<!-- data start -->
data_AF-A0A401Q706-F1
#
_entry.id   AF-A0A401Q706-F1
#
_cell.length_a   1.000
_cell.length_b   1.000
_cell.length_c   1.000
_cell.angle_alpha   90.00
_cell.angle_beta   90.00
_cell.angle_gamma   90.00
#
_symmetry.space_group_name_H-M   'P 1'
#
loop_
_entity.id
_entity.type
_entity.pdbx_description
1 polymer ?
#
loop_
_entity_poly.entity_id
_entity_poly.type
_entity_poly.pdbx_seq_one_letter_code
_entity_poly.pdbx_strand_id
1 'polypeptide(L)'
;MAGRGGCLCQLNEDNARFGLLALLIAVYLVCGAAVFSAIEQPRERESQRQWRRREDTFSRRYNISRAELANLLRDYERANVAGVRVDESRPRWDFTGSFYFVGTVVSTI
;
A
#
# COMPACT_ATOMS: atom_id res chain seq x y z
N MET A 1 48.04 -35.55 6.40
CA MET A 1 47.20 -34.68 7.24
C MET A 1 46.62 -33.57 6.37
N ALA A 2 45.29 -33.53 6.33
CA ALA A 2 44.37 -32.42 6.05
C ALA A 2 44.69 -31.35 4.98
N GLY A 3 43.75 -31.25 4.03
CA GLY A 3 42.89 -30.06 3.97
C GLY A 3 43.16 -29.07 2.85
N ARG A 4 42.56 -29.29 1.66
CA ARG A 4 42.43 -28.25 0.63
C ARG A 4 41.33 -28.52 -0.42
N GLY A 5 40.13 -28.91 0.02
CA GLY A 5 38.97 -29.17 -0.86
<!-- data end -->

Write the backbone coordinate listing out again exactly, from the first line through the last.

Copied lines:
data_AF-A0A401Q706-F1
#
_entry.id   AF-A0A401Q706-F1
#
_cell.length_a   1.000
_cell.length_b   1.000
_cell.length_c   1.000
_cell.angle_alpha   90.00
_cell.angle_beta   90.00
_cell.angle_gamma   90.00
#
_symmetry.space_group_name_H-M   'P 1'
#
loop_
_entity.id
_entity.type
_entity.pdbx_description
1 polymer ?
#
loop_
_entity_poly.entity_id
_entity_poly.type
_entity_poly.pdbx_seq_one_letter_code
_entity_poly.pdbx_strand_id
1 'polypeptide(L)'
;MAGRGGCLCQLNEDNARFGLLALLIAVYLVCGAAVFSAIEQPRERESQRQWRRREDTFSRRYNISRAELANLLRDYERANVAGVRVDESRPRWDFTGSFYFVGTVVSTI
;
A
#
# COMPACT_ATOMS: atom_id res chain seq x y z
N MET A 1 48.04 -35.55 6.40
CA MET A 1 47.20 -34.68 7.24
C MET A 1 46.62 -33.57 6.37
N ALA A 2 45.29 -33.53 6.33
CA ALA A 2 44.37 -32.42 6.05
C ALA A 2 44.69 -31.35 4.98
N GLY A 3 43.75 -31.25 4.03
CA GLY A 3 42.89 -30.06 3.97
C GLY A 3 43.16 -29.07 2.85
N ARG A 4 42.56 -29.29 1.66
CA ARG A 4 42.43 -28.25 0.63
C ARG A 4 41.33 -28.52 -0.42
N GLY A 5 40.13 -28.91 0.02
CA GLY A 5 38.97 -29.17 -0.86